Reischauer incident

Reischauer incident

In the 1980s, scandals[12] lead to the establishment of the Mental Health Law[13] (1988) that emphasized the importance of human rights and rehabilitation (Nakatani, 2012). For the first time, the legal rights of the mentally ill were acknowledged and a Psychiatric Review Board reviewed their hospitalization (Cohen, 1995). Although this model was implemented, it appeared impossible to be carried out accordingly[14] (Mandiberg, 1996). The Mental Health and Welfare Act replaced the Mental Health Law[15] in 1995. This law mainly stipulated the increase of outpatient facilities, welfare services and participation in community (Kunihiko, 1999). As these amendments were hardly applicable to mentally ill offenders, only few psychiatrists were inclined to work in forensic health treatment (Nakatani, 2012).

In 1999, a White Paper of the Ministry of Justice pointed out these problems. Public prosecutors, who were more likely to file a report to the prefectural governor in case they assumed criminal responsibility, only indicted a small number of mentally ill offenders. A medical examination was subsequently carried out. If the assumption was verified, the prefectural governor commanded an involuntary admission. Although this procedure assured quick treatment for acquitted mentally ill offenders, the chance to stand trial was minimalized. Furthermore, general mental health hospitals often did not have the required security to receive criminals. In addition, psychiatrists carried a heavy responsibility, as they had to decide about the discharge or continued confinement of the patient, considering the possibility of recidivism (Nakatani, 2000).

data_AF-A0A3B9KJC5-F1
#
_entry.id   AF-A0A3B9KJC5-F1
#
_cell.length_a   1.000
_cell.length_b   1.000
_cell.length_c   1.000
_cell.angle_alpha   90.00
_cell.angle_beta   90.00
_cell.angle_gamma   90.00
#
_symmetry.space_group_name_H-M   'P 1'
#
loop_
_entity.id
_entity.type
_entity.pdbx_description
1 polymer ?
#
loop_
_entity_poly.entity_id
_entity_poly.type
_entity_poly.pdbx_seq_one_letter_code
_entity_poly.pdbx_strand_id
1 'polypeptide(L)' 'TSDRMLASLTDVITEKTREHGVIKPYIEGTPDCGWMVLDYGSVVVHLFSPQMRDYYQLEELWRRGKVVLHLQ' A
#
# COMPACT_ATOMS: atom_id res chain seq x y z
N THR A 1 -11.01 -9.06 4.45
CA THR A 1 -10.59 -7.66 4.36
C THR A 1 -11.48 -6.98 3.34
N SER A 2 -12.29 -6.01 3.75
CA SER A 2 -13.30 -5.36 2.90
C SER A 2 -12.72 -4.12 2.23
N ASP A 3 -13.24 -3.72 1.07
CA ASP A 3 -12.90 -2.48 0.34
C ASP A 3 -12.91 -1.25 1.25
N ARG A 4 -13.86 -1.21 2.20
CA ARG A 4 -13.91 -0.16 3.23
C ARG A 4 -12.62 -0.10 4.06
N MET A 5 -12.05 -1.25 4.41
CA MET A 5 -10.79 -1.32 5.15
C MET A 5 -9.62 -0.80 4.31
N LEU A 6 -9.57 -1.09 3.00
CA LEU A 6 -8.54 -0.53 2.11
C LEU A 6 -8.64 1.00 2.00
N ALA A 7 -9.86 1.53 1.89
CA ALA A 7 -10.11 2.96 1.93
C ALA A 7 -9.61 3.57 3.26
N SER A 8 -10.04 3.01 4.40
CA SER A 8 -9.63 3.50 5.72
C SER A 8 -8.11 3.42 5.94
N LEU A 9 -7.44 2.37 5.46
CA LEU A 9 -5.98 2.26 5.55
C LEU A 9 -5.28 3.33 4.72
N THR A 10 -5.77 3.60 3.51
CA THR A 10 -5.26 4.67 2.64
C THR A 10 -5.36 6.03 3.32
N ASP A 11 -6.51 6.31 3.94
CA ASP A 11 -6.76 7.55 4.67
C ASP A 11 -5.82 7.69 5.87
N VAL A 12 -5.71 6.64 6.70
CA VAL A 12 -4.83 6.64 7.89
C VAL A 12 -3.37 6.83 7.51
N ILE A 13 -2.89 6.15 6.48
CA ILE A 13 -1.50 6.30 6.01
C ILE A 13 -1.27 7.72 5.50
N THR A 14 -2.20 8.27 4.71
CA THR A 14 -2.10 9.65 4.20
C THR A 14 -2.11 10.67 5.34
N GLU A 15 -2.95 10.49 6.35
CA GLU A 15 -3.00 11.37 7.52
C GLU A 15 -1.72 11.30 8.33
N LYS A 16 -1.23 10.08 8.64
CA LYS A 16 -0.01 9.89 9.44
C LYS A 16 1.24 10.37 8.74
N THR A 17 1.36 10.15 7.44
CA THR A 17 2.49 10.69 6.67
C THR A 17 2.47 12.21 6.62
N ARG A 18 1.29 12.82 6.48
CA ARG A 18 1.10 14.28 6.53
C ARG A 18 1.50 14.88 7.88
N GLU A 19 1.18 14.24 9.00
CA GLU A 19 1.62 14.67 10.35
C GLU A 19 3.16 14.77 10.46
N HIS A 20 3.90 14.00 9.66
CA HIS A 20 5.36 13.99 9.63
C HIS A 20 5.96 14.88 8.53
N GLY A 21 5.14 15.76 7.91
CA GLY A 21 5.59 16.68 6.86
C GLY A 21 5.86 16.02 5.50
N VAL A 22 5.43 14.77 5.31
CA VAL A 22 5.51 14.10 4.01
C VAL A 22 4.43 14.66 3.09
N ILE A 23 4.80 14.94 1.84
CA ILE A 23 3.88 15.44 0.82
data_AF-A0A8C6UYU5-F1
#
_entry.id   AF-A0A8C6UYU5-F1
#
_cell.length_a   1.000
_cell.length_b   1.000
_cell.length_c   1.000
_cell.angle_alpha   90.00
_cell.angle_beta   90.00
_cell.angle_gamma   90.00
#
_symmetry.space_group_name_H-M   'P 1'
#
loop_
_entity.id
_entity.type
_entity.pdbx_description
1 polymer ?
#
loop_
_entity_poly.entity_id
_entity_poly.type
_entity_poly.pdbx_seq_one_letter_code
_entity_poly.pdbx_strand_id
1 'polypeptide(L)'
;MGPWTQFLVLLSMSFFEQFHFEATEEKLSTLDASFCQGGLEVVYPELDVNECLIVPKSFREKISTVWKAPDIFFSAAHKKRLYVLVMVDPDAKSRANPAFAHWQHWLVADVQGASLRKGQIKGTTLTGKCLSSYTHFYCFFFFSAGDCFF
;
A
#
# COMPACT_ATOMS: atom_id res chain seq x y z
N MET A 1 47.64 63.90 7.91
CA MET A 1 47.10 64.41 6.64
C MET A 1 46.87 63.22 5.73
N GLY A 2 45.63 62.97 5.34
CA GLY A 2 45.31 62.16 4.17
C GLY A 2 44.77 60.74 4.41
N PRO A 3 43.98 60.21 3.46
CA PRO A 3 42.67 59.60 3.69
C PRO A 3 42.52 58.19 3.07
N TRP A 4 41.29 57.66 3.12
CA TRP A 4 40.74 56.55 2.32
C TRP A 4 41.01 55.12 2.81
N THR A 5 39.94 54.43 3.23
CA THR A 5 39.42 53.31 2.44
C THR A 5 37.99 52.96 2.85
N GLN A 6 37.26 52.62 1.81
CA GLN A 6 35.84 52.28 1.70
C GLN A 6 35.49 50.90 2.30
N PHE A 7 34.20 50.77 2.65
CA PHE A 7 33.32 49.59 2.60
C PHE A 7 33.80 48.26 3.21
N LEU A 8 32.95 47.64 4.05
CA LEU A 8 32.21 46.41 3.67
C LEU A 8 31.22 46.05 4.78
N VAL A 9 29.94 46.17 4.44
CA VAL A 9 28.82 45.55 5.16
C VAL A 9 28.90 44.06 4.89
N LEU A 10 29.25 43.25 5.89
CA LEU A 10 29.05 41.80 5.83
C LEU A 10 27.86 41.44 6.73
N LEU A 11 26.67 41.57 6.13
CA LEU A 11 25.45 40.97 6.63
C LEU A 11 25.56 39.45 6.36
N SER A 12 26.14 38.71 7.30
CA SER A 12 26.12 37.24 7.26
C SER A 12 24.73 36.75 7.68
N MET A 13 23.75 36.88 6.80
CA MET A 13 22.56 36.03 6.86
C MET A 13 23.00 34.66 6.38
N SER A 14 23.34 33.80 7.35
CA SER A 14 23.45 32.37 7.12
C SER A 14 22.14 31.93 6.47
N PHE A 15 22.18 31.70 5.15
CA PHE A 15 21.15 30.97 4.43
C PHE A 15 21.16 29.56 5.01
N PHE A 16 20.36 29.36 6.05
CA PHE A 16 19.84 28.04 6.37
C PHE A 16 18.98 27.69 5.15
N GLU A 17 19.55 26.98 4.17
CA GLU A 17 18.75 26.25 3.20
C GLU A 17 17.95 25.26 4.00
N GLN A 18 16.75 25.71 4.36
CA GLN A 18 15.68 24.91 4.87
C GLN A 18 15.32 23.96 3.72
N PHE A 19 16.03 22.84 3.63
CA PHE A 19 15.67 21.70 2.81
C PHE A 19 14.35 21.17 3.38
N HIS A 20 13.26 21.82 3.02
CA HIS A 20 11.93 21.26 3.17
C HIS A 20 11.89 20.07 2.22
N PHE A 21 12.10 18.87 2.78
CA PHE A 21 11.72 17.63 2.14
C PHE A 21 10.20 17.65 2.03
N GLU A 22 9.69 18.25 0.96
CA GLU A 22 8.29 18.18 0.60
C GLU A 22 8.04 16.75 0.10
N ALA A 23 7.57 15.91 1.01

protest against psychiatric hospital Utsunomiya -

protest against psychiatric hospital Utsunomiya –


The second part will give a short overview of the functioning of the Act and will summarize the challenges the Act already has been faced with.

citation of this article: Van Enis, Ann-Sofie. “The Medical Treatment and Supervision Act (2005): Forensic Mental Health in Japan Today.” Nippaku, January 20, 2015.


[1] The treatment by shamans or monks was often very expensive. Hence, rejection of the mad family member became a common practice (Official Order of the Kyoto local government, No. 325, July 25, p. 187, cited in Kuwabara & True, 1976).
[2] Mandiberg (1996) compares this to the city of Gheel in Belgium, whose concept of ‘family care’ inspired the Iwakura hospital, an ambition that never came true (Hashimoto, 2014).
[3] Because of the institutional gonin-gumi system (五人組), a group of five households shared collective responsibility.
[4] The eta穢多, burakumin部落民 or hinin非人 was an outcast group because of their impure or death-associated occupation. Together with the mad, underage and extremely ill offenders were supervised as well in these special detention centers (Salzberg, 1991).
[5] 精神病者監護法 in Japanese (Moriya & Ujiie, 2008).
[6] Department of Welfare, Bureau of Medical Administration (1955), cited in Kuwabara & True, 1976.
[7] 及び精神病院法 in Japanese (Moriya & Ujiie, 2008).
[8] In 1941 there was place for 24,000 mental patients all over Japan. By 1945, only 4,000 beds were left (Russell, 1988). The Iwakura Mental Hospital was forced by the Japanese army to close his doors (Nakamura, 2006).